I talked this morning with Rachel Libon, a Red and Black co-owner since 2006, about how the cafe has managed to survive the past ten years.
MERC: You've gone from serving meat to being an all vegan restaurant. Who drove the change—workers or customers?
RACHEL: I think it was a little bit of both. When the cafe first opened, the only meat item on the menu was a turkey sandwich. I think that was a pretty easy transition to drop the turkey sandwich. When we moved, we decided to go all vegan because a lot of our workers are vegan and we felt like a lot of our customers were as well. For a long time, we still served milk for coffee drinks but we actually couldn't meet our minimum dairy order and would have to throw out a lot of milk. People just weren't ordering it.
How are customers pushing you now? Are you trying to become more sustainable food wise even after becoming all vegan?
We're definitely always trying to find local, smaller vendors to support, especially vendors who sell organic food with as little packaging as possible. We now buy produce from Sauvie Island Farms, Red Truck Farm and Project Grow. We're also getting local kombucha, all of our beer is local, we've started getting all of our herbs from an herb farm in Eugene.
Four more quick questions below the cut.
Portland is all about supporting community, etc, why are there only two collective cafes [Red and Black and Star E Rose] in the city?
I think historically there have been several compared to other cities, there was Redwing for a while and Back to Back and Muddy Waters, but a lot of those places transitioned to sole proprietorship or went out of business. I don't think that necessarily shows that collective restaurants are harder to keep going, but there's a ton of restaurants in this town. It's a tough industry to stay afloat in.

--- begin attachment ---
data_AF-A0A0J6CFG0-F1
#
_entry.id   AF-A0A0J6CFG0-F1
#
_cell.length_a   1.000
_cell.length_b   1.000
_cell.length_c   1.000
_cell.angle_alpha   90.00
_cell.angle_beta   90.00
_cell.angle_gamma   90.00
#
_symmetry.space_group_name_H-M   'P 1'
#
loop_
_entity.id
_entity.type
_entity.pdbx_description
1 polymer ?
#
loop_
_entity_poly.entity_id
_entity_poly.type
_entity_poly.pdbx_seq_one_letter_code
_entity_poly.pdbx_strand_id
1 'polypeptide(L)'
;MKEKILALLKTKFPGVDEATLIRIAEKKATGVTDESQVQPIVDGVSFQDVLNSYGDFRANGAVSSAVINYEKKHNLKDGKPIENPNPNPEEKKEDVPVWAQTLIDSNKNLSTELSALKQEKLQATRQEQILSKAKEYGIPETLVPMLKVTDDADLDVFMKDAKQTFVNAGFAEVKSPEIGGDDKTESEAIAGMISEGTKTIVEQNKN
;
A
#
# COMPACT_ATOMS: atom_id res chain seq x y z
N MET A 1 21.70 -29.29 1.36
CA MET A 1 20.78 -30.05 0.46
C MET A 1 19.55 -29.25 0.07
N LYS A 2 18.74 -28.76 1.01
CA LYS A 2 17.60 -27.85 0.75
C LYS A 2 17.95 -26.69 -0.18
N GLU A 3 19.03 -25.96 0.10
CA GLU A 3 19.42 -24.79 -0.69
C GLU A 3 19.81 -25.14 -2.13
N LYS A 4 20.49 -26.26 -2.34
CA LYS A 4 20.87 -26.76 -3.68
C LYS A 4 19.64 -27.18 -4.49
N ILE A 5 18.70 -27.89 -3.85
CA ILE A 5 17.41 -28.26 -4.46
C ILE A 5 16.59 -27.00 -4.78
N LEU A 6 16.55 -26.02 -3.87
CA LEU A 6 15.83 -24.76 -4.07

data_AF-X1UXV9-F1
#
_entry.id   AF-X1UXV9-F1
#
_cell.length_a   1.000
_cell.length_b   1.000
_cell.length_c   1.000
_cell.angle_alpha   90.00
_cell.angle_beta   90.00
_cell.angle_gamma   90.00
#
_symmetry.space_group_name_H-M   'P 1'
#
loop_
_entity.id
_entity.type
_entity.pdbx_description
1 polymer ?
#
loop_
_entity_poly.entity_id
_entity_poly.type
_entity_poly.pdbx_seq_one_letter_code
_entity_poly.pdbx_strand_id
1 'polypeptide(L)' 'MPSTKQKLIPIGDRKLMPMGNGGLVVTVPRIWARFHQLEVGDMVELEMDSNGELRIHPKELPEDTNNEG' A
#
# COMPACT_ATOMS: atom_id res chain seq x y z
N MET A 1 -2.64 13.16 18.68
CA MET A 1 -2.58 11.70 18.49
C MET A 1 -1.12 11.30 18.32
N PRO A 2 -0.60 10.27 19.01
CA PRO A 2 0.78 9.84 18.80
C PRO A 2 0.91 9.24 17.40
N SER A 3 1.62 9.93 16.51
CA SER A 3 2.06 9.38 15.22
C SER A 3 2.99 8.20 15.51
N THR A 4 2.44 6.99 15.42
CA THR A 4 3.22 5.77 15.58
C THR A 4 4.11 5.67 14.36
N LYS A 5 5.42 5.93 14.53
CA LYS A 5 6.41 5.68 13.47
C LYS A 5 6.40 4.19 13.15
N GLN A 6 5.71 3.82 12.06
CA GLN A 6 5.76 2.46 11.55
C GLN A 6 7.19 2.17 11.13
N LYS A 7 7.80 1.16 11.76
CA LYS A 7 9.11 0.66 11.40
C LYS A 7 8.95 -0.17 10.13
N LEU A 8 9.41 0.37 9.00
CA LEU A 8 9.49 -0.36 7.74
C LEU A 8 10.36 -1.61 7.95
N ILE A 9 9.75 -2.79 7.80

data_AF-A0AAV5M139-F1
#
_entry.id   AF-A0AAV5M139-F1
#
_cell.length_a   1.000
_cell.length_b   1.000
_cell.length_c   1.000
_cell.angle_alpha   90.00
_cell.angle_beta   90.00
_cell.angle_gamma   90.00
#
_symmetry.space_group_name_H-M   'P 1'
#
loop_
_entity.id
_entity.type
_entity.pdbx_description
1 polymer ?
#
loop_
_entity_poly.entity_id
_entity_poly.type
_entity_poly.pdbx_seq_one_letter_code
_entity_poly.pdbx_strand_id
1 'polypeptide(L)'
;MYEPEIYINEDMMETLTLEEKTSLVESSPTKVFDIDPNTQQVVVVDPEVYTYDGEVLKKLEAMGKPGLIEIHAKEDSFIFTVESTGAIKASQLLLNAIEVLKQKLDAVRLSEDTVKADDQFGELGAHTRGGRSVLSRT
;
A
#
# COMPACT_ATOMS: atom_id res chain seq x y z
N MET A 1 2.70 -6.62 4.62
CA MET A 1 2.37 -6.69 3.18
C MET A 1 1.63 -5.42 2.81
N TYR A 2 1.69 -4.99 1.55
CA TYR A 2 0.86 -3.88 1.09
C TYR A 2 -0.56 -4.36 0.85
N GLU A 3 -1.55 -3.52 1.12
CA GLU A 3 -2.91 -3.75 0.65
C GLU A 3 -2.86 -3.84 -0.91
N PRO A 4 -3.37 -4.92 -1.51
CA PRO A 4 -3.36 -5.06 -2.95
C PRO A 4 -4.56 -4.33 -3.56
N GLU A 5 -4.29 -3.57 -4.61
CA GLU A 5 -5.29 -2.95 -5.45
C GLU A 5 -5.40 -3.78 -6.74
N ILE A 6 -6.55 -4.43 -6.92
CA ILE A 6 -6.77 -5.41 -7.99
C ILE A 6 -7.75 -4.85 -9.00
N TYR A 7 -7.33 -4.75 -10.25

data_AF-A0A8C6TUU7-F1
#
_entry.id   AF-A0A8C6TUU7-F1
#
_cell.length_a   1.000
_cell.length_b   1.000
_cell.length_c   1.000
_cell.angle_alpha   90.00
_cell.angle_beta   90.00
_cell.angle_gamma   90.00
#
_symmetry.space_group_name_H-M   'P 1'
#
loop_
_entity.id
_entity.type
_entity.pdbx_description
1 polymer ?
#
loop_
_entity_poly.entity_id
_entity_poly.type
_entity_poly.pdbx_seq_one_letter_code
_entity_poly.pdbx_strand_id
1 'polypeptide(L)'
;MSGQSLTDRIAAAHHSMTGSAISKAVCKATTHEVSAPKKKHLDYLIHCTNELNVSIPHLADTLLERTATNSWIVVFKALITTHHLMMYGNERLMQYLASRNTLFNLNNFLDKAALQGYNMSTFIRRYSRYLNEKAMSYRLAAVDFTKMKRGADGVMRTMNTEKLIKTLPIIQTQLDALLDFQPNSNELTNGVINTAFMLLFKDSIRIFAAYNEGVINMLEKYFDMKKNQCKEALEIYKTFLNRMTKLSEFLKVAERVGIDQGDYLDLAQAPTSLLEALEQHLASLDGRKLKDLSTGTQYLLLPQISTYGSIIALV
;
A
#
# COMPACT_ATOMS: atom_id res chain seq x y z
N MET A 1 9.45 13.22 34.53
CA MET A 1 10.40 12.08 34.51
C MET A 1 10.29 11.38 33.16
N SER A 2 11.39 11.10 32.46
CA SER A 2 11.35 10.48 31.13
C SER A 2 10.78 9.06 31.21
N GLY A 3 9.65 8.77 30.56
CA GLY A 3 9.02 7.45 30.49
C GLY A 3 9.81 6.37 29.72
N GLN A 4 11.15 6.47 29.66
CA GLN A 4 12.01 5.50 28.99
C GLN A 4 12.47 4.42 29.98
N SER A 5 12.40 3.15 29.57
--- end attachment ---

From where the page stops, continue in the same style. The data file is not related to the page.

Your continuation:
What's the Red and Black's secret? How are you guys still around?
I think part of it is momentum and community support. We have managed to be really proactive about building alliances with other community groups and social movements, so we have a lot of support from the community. Also dedicated workers who are willing to stick around and see projects through. We definitely wouldn't have been willing to pull off the move if we hadn't been able to stick out it even when we didn't have a space and when we were unemployed.
What kind of groups have you guys partnered with?
We're a closed IWW [International Workers of the World] shop and we've always had a pretty strong relationship with the IWW branch, so that's one of our main alliances. We have been all vegan since we relocated and since we're right around the corner from the vegan mini mall, we definitely have a lot of support from the vegan community and people who support animal rights issues.
Any veteran wisdom for other collectives trying to start up in town?
I definitely think it's really important to develop a mission statement and a vision statement as well as personnel policies so that everyone's on the same page. I would also advise any startup to really carefully develop a business plan and think about what's financially viable and figure out what sacrifices co-owners can make to get it off the ground in the beginning. NoBAWC in San Francisco and the US Federation of Worker Co-operatives are both great resources.